Dependency Injection

The subpackage hero contains features for binding any object or function that handlers can accept on their input arguments, these are called dependencies.

A dependency can be either Static for things like Services or Dynamic for values that depend on the incoming request.

With Iris you get truly safe bindings. It is blazing-fast, near to raw handlers performance because Iris tries to calculates everything before the server even goes online!

Iris provides built-in dependencies to match route's parameters with func input arguments that you can use right away.

To use this feature you should import the hero subpackage:

import (
// [...]
"github.com/kataras/iris/v12/hero"
)

And use its hero.Handler package-level function to build a handler from a function that can accept dependencies and send response from its output, like this:

func printFromTo(from, to string) string { /* [...]*/ }
‚Äč
// [...]
app.Get("/{from}/{to}", hero.Handler(printFromTo))

As you've seen above the iris.Context input argument is totally optional. Of course you can still declare it as first input argument - Iris is smart enough to bind it as well without any hassle.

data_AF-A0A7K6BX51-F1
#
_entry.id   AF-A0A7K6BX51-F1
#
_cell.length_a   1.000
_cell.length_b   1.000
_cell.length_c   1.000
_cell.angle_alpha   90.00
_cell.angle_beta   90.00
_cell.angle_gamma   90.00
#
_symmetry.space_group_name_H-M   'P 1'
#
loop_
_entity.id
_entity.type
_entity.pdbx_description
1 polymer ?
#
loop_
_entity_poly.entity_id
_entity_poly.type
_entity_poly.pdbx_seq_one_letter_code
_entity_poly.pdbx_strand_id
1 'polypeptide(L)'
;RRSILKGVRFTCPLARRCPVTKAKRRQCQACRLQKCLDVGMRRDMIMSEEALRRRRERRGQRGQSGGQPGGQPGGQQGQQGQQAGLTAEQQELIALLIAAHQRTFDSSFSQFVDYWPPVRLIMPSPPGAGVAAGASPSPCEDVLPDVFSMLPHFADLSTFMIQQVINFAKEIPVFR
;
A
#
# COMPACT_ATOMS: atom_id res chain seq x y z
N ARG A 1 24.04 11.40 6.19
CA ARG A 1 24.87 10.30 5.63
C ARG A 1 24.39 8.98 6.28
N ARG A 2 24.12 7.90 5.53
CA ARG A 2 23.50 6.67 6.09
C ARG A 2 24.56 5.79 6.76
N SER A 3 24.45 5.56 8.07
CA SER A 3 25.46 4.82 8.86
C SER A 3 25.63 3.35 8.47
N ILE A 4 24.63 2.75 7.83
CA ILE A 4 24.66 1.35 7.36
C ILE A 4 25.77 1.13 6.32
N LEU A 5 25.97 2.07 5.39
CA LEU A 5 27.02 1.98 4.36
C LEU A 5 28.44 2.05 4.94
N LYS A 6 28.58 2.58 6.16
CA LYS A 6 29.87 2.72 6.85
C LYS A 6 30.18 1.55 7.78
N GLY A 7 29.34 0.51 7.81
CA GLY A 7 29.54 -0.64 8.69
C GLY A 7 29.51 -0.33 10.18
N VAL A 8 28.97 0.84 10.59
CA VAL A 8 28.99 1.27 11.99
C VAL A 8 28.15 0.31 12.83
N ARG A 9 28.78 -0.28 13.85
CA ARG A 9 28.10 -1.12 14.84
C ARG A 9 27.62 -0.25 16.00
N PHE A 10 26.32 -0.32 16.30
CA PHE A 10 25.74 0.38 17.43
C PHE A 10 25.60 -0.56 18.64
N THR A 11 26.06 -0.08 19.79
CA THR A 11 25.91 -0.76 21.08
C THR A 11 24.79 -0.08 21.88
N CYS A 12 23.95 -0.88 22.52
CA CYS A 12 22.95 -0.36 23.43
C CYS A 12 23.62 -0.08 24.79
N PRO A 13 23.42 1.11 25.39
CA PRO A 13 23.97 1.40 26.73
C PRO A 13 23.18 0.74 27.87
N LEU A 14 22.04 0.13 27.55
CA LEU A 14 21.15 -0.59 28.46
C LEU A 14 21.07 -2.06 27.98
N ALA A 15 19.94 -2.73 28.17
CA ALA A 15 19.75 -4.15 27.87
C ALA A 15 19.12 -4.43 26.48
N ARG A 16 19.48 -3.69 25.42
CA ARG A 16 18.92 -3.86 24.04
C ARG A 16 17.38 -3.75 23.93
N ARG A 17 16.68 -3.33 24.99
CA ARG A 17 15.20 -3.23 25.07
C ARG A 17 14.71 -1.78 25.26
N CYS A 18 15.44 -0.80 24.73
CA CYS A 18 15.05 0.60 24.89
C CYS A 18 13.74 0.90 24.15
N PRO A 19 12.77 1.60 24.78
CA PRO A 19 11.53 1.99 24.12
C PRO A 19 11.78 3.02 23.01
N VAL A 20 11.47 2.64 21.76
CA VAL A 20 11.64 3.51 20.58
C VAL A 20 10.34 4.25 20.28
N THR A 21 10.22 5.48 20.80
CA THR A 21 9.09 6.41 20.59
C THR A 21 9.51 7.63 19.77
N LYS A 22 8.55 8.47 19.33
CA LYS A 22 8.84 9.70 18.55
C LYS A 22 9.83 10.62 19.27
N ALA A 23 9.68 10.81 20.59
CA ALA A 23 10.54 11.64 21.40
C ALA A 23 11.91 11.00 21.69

Below you will see some screenshots designed to facilitate your understanding:

1. Path Parameters - Built-in Dependencies

_assets/hero-1-monokai.png

2. Services - Static Dependencies

_assets/hero-2-monokai.png

3. Per-Request - Dynamic Dependencies

_assets/hero-3-monokai.png

In addition the hero subpackage adds support to send responses through the output values of a function, for example:

  • if the return value is string then it will send that string as the response's body.

  • If it's an int then it will send it as a status code.

  • If it's an error then it will set a bad request with that error as its reason.

  • If it's an error and an int then the error code is the output integer instead of 400(bad request).

  • If it's a custom struct then it sent as a JSON, when a Content-Type header is not already set.

  • If it's a custom struct and a string then the second output value, string, it will be the Content-Type and so on.

func myHandler(...dependencies) string |
(string, string) |
(string, int) |
int |
(int, string) |
(string, error) |
error |
(int, error) |
(any, bool) |
(customStruct, error) |
customStruct |
(customStruct, int) |
(customStruct, string) |
hero.Result |
(hero.Result, error) {
return a_response
}

The hero.Result is an interface which help custom structs to be rendered using custom logic through their Dispatch(ctx iris.Context).

type Result interface {
Dispatch(ctx iris.Context)
}

Honestly, hero funcs are very easy to understand and when you start using them you never go back.

Later on you'll see how this knowledge will help you to craft an application using the MVC architectural pattern which Iris provides wonderful API for it.